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Policy advocate Lowe kicks off campaign for GOP nomination in 5th District

Policy advocate Lowe kicks off campaign for GOP nomination in 5th District

Amid the backdrop of gray skies at the Appomattox Court House Historic National Park, Virginia native Kimberly Lowe officially kicked off her campaign Saturday to challenge Rep. Bob Good, R-5th, and secure the Republican nomination in the 2022 primary.

“I’m a well-rounded candidate working on lots of issues, and I think that politics should be about making your life better and bringing people together,” said Lowe, a resident of Brunswick County.

Having known since the seventh grade she wanted to run for Congress, Lowe — a former educator, a farmer and policy advisor — said she has built a campaign on reforming the family court system and Child Protective Services practices that she claims unfairly target and takes advantage of families for financial gain; feelings rooted in her own struggles with the system.

During her remarks Saturday, Lowe said billions of dollars are spent each year to separate American families when that money could be used to make families stronger.

Lowe wants to bring higher-paying jobs to the 5th District, protect constitutional rights and ensure election integrity, according to a news release from her campaign. The 5th District stretches from Fauquier County to North Carolina and encompasses 22 localities.

She also said she wants to open a transitional shelter for survivors of domestic violence and focus on sustainability through education, job training, housing stability and issues with substance abuse.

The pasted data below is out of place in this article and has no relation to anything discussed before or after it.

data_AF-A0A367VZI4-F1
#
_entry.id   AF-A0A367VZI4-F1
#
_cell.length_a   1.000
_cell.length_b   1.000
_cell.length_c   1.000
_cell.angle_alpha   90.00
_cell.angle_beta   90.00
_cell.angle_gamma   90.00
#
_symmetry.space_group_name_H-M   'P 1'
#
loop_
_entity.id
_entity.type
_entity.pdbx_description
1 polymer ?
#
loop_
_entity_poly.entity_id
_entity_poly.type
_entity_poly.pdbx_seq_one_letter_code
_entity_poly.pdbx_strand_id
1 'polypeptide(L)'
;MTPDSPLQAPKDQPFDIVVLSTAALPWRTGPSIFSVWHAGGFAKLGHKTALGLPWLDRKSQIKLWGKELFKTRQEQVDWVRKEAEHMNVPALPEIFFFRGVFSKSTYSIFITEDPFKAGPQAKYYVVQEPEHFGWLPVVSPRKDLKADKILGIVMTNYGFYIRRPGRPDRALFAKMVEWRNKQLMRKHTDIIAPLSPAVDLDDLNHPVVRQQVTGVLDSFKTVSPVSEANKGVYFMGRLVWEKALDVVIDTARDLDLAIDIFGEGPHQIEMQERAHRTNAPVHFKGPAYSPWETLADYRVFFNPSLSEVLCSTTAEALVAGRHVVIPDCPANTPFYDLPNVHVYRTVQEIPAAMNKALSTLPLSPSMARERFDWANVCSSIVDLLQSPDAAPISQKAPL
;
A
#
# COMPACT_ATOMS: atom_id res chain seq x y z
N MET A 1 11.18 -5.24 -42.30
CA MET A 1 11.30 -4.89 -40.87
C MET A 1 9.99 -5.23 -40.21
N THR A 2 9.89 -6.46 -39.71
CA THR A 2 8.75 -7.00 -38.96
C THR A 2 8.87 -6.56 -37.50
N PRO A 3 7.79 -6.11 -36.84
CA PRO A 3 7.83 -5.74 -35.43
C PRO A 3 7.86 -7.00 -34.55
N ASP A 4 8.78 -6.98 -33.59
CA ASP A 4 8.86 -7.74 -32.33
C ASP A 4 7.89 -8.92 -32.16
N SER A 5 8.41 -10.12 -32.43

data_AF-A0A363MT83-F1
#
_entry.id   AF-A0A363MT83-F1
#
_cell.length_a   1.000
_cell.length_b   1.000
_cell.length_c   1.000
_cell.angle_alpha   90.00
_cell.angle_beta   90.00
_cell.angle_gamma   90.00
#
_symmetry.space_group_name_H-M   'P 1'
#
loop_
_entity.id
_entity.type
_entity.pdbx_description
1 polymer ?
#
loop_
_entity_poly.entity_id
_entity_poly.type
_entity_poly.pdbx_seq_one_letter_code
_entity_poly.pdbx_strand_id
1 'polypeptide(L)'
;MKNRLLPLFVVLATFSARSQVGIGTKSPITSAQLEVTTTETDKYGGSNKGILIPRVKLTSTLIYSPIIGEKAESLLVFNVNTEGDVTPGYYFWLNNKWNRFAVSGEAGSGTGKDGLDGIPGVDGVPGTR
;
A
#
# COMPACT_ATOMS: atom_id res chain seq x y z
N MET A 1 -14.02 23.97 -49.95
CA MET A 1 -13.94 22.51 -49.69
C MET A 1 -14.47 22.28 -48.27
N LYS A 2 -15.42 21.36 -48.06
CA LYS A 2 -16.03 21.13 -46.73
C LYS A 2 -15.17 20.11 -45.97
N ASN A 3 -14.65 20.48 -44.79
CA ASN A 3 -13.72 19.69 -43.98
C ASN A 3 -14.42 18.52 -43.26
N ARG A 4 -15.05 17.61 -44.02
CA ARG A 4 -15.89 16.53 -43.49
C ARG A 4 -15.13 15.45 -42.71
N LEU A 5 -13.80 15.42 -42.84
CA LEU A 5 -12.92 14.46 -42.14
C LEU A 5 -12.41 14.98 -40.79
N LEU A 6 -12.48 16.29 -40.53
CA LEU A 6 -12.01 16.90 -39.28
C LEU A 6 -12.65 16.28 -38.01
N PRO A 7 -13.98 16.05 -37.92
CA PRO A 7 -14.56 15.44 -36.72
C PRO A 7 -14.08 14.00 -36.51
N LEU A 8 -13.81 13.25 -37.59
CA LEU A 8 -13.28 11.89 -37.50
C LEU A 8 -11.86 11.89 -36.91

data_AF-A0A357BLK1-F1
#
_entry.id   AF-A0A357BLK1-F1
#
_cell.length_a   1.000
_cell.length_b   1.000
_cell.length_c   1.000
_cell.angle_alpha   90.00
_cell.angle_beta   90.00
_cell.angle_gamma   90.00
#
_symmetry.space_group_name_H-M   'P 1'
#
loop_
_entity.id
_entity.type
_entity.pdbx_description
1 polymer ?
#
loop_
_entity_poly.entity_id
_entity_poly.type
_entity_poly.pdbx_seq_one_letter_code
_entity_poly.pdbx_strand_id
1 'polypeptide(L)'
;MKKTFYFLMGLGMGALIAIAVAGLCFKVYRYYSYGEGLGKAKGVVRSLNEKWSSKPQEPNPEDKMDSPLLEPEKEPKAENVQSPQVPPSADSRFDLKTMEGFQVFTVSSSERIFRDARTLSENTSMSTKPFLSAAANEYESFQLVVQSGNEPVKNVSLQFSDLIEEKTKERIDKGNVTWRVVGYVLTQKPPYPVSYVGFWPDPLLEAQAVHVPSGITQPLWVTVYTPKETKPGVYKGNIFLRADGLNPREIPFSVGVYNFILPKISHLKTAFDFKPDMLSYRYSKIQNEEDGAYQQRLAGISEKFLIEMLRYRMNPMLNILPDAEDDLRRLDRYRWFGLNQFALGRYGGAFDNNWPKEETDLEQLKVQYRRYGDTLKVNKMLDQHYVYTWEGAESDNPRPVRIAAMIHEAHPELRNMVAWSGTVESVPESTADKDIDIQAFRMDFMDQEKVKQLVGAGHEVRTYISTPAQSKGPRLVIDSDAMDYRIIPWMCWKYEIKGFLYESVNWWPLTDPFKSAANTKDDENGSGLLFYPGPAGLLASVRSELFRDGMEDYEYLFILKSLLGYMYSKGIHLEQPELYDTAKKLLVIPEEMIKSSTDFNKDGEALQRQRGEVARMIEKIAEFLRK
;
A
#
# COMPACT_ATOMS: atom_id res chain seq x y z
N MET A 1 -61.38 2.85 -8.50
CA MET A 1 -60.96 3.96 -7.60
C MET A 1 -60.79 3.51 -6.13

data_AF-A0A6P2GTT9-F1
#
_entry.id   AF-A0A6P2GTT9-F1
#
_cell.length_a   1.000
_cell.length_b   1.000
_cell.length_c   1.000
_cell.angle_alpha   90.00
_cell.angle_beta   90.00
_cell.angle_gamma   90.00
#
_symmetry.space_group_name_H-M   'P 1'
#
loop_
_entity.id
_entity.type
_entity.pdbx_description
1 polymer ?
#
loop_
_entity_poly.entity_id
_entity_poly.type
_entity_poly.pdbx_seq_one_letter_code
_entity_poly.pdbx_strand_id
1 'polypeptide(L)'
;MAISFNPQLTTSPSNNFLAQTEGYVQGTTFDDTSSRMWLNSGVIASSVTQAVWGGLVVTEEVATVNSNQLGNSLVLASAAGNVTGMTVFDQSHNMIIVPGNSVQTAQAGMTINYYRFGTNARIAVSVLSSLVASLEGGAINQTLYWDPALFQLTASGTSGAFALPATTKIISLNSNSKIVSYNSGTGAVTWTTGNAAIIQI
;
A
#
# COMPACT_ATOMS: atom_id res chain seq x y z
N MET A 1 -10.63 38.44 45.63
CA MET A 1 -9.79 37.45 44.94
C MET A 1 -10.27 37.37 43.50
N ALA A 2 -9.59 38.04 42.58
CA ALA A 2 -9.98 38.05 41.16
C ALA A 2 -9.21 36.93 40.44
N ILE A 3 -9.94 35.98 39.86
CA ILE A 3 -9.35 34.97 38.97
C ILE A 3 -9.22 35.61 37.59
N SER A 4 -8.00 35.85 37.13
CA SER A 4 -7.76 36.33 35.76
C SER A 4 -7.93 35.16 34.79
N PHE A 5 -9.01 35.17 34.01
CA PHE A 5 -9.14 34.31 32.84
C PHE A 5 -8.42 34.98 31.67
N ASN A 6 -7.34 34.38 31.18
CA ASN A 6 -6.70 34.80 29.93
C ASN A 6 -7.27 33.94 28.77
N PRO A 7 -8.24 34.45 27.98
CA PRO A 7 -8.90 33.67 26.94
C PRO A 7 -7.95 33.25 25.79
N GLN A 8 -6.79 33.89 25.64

She spoke of her concern over the future and sustainability of farming in Virginia, an especially important issue for her given the quantity of agriculture in the 5th District. The release notes she wants to remove “burdensome regulations” that hampers farmers’ ability to sell locally.

Lowe’s roughly two-hour kick-off event featured live music from Willows Branch Bluegrass Band and had several guest speakers, including Philip Hamilton, a Charlottesville resident seeking to turn the Democratic 57th House District red; Brandon Howard, president of the 2nd Amendment advocacy group Right to Bear Arms Virginia; and Mike Dickinson, who recently lost in the June 8 Republican primary for the 68th House District but announced Saturday his intent to run for sheriff of Richmond.

Dickinson described Lowe as a “true fighter” who will stand up against entrenched politicians and the establishment.

“She’s someone who’s going to get out there on the front line because right now that is what we have wrong in our country and in the Republican Party,” Dickinson said. “We need less chihuahuas fighting for us and more junkyard dogs that will take a bite out of big government, out of big establishment and out of corruption, and that’s why I’m supporting Kimberly Lowe.”

This is not Lowe’s first pass at an elected office. She previously ran a unsuccessful campaign to secure the Republican nomination for the 38th state Senate District in January and also lost a bid to represent the 75th District of the House of Delegates.

A former Democrat, Lowe left the party in 2016, stating she didn’t feel it was the same party she grew up with, according to her news release.

Lowe said she feels that experience can help her reach across the aisle and foster communication and collaboration, if elected. She said she feels politics now are too divisive.

“I think it’s so important that we pull together the right and the left and all the in-between because everyone deserves representation.” Lowe said. “I want to bring people together to solve problems. It’s our job as a legislature to make people’s lives better, not just a handful of people, and I think what’s currently occurring is too divisive.”

Lowe is seeking the 2022 nomination over Good, a former Campbell County supervisor and former employee of Liberty University.

Good, a self-described “bright red Biblical and constitutional conservative,” won the Republican nomination in 2020 over then-Rep. Denver Riggleman in an unconventional drive-thru convention and beat Democratic candidate Cameron Webb in the general election.

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